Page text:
We walked slowly, stopping to stare, and each time I turned away from the stones and looked away to the horizon, knowing that within this area there are hundreds of other contemporary sites, burials, barrows, tombs, Woodhenge… for there were other henges than just those made from stone.
Because we were apart from the stones the banks were clearly visible, showing what a huge area the site was. These vast circular ditches would have been dug with deer antlers and the shoulder blades of cattle, thousands of tons of soil shifted. It must have been a stable and fairly secure society to be able to devote the amount of labour needed for construction. I looked to the distant hills, fields full of golden grain ripening in the summer sun.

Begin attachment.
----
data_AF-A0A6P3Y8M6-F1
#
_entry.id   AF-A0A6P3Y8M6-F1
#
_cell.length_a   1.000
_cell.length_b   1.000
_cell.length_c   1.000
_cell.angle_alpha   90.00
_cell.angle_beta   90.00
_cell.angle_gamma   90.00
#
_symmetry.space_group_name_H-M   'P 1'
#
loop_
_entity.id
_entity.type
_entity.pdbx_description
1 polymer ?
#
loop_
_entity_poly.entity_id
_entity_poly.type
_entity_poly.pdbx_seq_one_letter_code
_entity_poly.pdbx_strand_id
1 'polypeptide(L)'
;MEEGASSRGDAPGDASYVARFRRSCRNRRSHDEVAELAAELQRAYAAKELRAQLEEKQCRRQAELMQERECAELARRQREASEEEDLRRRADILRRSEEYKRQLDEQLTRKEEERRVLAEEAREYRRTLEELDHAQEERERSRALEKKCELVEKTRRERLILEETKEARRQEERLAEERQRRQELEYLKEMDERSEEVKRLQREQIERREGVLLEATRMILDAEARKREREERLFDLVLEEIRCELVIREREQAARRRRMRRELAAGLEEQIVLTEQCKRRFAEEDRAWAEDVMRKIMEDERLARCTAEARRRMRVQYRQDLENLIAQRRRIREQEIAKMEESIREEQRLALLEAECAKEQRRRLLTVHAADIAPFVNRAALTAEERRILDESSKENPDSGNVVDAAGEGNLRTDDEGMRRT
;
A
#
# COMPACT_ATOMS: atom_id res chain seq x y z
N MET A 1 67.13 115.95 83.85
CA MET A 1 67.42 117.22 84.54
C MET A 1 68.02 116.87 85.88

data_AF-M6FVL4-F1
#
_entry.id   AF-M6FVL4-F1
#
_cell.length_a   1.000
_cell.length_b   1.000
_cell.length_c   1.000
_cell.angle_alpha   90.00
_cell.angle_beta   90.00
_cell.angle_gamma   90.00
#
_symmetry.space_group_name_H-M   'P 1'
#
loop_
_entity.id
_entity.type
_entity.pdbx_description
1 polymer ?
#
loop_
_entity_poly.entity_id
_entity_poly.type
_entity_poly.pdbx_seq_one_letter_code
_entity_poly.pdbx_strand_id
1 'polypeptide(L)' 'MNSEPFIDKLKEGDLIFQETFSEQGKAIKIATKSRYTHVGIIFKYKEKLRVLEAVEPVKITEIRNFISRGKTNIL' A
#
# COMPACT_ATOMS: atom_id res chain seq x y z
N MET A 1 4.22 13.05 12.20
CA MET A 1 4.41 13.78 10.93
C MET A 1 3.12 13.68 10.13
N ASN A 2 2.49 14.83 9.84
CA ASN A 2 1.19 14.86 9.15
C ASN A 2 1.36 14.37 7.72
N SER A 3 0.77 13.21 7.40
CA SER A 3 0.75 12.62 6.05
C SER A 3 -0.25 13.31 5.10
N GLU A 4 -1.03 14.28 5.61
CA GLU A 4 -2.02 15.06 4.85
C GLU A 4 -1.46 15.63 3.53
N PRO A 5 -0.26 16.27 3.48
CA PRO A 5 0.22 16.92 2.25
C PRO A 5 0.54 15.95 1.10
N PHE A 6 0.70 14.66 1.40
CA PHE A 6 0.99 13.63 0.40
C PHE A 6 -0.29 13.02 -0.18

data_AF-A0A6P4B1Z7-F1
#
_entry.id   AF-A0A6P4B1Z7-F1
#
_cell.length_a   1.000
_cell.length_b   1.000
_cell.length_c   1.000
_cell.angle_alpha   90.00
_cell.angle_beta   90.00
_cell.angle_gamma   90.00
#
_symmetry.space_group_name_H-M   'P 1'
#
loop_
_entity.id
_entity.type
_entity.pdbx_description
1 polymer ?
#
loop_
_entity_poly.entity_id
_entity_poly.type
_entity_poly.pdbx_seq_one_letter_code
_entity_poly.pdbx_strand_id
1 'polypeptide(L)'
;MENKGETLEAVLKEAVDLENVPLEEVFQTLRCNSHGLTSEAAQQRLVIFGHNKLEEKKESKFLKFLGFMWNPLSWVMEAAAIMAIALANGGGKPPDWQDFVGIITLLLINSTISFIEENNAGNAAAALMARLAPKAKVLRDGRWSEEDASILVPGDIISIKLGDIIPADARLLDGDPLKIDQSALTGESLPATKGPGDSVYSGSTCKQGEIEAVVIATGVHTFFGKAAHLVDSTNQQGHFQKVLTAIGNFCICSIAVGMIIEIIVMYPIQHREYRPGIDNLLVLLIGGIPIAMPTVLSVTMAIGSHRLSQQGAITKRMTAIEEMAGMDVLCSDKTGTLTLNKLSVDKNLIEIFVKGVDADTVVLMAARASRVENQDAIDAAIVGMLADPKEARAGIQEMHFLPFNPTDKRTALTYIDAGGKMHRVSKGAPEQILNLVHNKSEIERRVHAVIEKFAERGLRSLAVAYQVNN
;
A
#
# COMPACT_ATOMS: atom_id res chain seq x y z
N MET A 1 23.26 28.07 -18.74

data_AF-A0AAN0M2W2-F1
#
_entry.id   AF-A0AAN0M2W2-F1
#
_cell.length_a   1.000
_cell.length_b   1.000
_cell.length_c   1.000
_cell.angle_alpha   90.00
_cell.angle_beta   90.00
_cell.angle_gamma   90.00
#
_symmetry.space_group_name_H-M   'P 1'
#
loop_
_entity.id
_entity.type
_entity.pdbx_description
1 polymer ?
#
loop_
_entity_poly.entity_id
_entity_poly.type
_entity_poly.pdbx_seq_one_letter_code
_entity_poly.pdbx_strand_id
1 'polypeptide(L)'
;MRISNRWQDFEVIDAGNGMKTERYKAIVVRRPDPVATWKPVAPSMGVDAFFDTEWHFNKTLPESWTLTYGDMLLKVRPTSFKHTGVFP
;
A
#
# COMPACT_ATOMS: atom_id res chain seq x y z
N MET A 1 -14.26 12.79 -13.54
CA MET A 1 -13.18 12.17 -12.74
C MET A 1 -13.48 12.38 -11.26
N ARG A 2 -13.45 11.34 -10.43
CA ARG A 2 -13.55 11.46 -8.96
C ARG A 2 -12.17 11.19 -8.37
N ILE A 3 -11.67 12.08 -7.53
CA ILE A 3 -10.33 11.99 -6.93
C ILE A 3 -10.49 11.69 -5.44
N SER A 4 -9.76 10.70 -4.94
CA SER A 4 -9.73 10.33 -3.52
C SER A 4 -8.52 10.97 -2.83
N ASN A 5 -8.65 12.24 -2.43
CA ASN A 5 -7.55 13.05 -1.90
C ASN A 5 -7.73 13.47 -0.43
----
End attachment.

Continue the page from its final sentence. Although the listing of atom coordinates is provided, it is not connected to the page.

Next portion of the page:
At the south side of the site was the Heel Stone, aligned with the Slaughter Stone (it turns red when wet, there is no reason to believe it was a sacrificial alter) and standing by it and looking south I could make out a faint trace of The Avenue, twelve metres wide, descending to the River Avon.
I stood for many minutes, just looking at the henge, and then with my back to it again, looking at where it sat in the landscape.
“It’s wonderful,” Elly said. “Het is geweldig, echt geweldig”